A clever but disjointed take, with no Jack and no beanstalk.



From the Worldwide Stories series

This latest in the Worldwide Stories series is a culturally eclectic remix of the “Jack and the Beanstalk” tale from the pair who looked at Creation tales in First Light, First Life (2016) and the Cinderella story in Glass Slipper, Gold Sandal (2007).

This confusing, composite variant scarcely resembles the “Jack and the Beanstalk” rendering that most North American readers might know. The author draws on the stories of 16 different countries from Indonesia to Gambia, the United States to Mongolia, interweaving them into one narrative that will require multiple reads to interpret. With monsters that include an ogre, witches, the devil, and a giant, readers will wonder where the familiar pieces of the story are. Those acquainted with the variant arguably best known in North America will recognize “Fee, fi, fo, fum! I smell the blood of an Englishman” but little else. For example, there are no magic beans in this retelling. Where the narrative lacks cohesion, the unifying thread is left up to the illustrator. Paschkis’ comely folk-art–style gouache paintings recall the tapestries and textiles of the various countries represented in the story, and readers will be able to discern the main character in each illustration. It’s a shame that more extensive notes than the pointer to SurLaLune Fairy Tales and Margaret Read MacDonald’s Tom Thumb (1993) are not offered for those curious readers who would wish to further pursue the divergent iterations presented here.

A clever but disjointed take, with no Jack and no beanstalk. (Picture book/folktale. 5-8)

Pub Date: April 23, 2019

ISBN: 978-1-250-15177-3

Page Count: 40

Publisher: Godwin Books/Henry Holt

Review Posted Online: Jan. 28, 2019

Kirkus Reviews Issue: Feb. 15, 2019

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Self-serving to be sure but also chock-full of worthy values and sentiments.


The junior senator from California introduces family and friends as everyday superheroes.

The endpapers are covered with cascades of, mostly, early childhood snapshots (“This is me contemplating the future”—caregivers of toddlers will recognize that abstracted look). In between, Harris introduces heroes in her life who have shaped her character: her mom and dad, whose superpowers were, respectively, to make her feel special and brave; an older neighbor known for her kindness; grandparents in India and Jamaica who “[stood] up for what’s right” (albeit in unspecified ways); other relatives and a teacher who opened her awareness to a wider world; and finally iconic figures such as Thurgood Marshall and Constance Baker Motley who “protected people by using the power of words and ideas” and whose examples inspired her to become a lawyer. “Heroes are…YOU!” she concludes, closing with a bulleted Hero Code and a timeline of her legal and political career that ends with her 2017 swearing-in as senator. In group scenes, some of the figures in the bright, simplistic digital illustrations have Asian features, some are in wheelchairs, nearly all are people of color. Almost all are smiling or grinning. Roe provides everyone identified as a role model with a cape and poses the author, who is seen at different ages wearing an identifying heart pin or decoration, next to each.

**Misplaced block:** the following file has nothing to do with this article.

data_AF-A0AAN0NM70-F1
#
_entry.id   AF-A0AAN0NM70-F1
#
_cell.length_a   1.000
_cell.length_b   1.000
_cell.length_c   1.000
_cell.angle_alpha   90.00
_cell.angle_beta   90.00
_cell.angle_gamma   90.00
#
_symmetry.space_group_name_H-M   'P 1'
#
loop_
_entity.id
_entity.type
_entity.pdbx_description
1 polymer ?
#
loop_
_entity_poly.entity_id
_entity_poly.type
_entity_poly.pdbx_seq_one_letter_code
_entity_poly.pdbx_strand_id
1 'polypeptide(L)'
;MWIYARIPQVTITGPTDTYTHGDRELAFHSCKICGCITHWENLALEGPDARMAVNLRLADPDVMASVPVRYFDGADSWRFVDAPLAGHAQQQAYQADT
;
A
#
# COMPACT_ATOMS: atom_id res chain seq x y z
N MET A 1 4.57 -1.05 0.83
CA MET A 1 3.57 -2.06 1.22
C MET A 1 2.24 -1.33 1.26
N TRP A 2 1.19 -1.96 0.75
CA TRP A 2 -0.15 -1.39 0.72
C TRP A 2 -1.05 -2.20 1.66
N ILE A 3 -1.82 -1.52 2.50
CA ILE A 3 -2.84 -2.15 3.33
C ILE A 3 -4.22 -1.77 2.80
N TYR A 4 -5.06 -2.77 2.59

Self-serving to be sure but also chock-full of worthy values and sentiments. (Picture book/memoir. 5-8)

Pub Date: Jan. 8, 2019

ISBN: 978-1-984837-49-3

Page Count: 40

Publisher: Philomel

Review Posted Online: Jan. 8, 2019

Kirkus Reviews Issue: Feb. 1, 2019

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A whimsical introduction to an unusual mammal.



Most children will not be familiar with pangolins, scaly mammals native to Asia and Africa.

But neither are the animal characters who mix up the pangolin with many other animals. A talkative pangolin introduces his species with a poster. The animals, illustrated in a stylized but realistic manner, seem thoroughly confused by this new creature. In the dryly witty text, the pangolin describes his various attributes but is constantly interrupted by other animals mistaking him for a creature that’s similar in some way. When the pangolin describes curling up into a ball to protect himself, the skunk says: “Oh, I get it! He’s an armadillo.” When penguins are remarked on, the pangolin grows extremely testy. “I AM CERTAINLY NOT A PENGUIN! I DON’T WANT TO TALK ABOUT PENGUINS! THERE ARE NO PENGUINS HERE! ZERO PENGUINS! NOT. ONE. PENGUIN!” And who should stroll in but a surfer penguin, wearing cool sunglasses and leading the pangolin’s audience to the beach. The crestfallen pangolin starts to cancel the presentation, but then a small Asian-presenting child shows up to listen, explaining, “I’m just a kid”—to which the pangolin responds with puzzlement: “Huh. Like a goat?” The pangolin shows sheet after informational sheet to an enthralled audience of one, quiet humor giving way to a small torrent of facts written on mock presentation paper. (This book was reviewed digitally with 11-by-17-inch double-page spreads viewed at 16.8% of actual size.)

A whimsical introduction to an unusual mammal. (Informational picture book. 5-8)

Pub Date: Jan. 19, 2021

ISBN: 978-0-593-12740-7

Page Count: 40

Publisher: Knopf

Review Posted Online: Oct. 27, 2020

Kirkus Reviews Issue: Nov. 15, 2020

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